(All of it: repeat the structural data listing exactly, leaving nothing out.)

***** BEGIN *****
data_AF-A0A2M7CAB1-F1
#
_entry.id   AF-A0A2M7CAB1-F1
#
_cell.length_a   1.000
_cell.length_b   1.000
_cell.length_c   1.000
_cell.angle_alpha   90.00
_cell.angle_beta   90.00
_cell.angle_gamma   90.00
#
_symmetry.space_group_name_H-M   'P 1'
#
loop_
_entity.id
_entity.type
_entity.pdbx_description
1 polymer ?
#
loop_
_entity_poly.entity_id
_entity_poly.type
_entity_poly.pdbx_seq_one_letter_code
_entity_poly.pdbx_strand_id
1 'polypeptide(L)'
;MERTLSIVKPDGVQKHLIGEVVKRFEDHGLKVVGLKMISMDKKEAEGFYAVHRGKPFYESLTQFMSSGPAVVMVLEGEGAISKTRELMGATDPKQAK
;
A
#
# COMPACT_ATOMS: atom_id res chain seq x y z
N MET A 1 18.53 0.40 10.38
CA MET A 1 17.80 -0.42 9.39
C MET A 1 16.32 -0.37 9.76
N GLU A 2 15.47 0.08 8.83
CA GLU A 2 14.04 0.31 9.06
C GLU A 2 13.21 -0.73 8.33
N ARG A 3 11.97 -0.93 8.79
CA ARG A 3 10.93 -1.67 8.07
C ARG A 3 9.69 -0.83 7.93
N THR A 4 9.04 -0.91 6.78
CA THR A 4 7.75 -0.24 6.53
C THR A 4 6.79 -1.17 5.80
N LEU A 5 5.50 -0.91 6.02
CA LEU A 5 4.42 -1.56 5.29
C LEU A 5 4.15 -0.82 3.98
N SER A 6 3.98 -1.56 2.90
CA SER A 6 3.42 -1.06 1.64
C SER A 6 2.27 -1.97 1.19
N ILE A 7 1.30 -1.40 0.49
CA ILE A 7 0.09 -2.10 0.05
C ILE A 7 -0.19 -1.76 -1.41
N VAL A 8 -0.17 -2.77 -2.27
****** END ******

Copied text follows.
data_AF-A0A2M7CAB1-F1
#
_entry.id   AF-A0A2M7CAB1-F1
#
_cell.length_a   1.000
_cell.length_b   1.000
_cell.length_c   1.000
_cell.angle_alpha   90.00
_cell.angle_beta   90.00
_cell.angle_gamma   90.00
#
_symmetry.space_group_name_H-M   'P 1'
#
loop_
_entity.id
_entity.type
_entity.pdbx_description
1 polymer ?
#
loop_
_entity_poly.entity_id
_entity_poly.type
_entity_poly.pdbx_seq_one_letter_code
_entity_poly.pdbx_strand_id
1 'polypeptide(L)'
;MERTLSIVKPDGVQKHLIGEVVKRFEDHGLKVVGLKMISMDKKEAEGFYAVHRGKPFYESLTQFMSSGPAVVMVLEGEGAISKTRELMGATDPKQAK
;
A
#
# COMPACT_ATOMS: atom_id res chain seq x y z
N MET A 1 18.53 0.40 10.38
CA MET A 1 17.80 -0.42 9.39
C MET A 1 16.32 -0.37 9.76
N GLU A 2 15.47 0.08 8.83
CA GLU A 2 14.04 0.31 9.06
C GLU A 2 13.21 -0.73 8.33
N ARG A 3 11.97 -0.93 8.79
CA ARG A 3 10.93 -1.67 8.07
C ARG A 3 9.69 -0.83 7.93
N THR A 4 9.04 -0.91 6.78
CA THR A 4 7.75 -0.24 6.53
C THR A 4 6.79 -1.17 5.80
N LEU A 5 5.50 -0.91 6.02
CA LEU A 5 4.42 -1.56 5.29
C LEU A 5 4.15 -0.82 3.98
N SER A 6 3.98 -1.56 2.90
CA SER A 6 3.42 -1.06 1.64
C SER A 6 2.27 -1.97 1.19
N ILE A 7 1.30 -1.40 0.49
CA ILE A 7 0.09 -2.10 0.05
C ILE A 7 -0.19 -1.76 -1.41
N VAL A 8 -0.17 -2.77 -2.27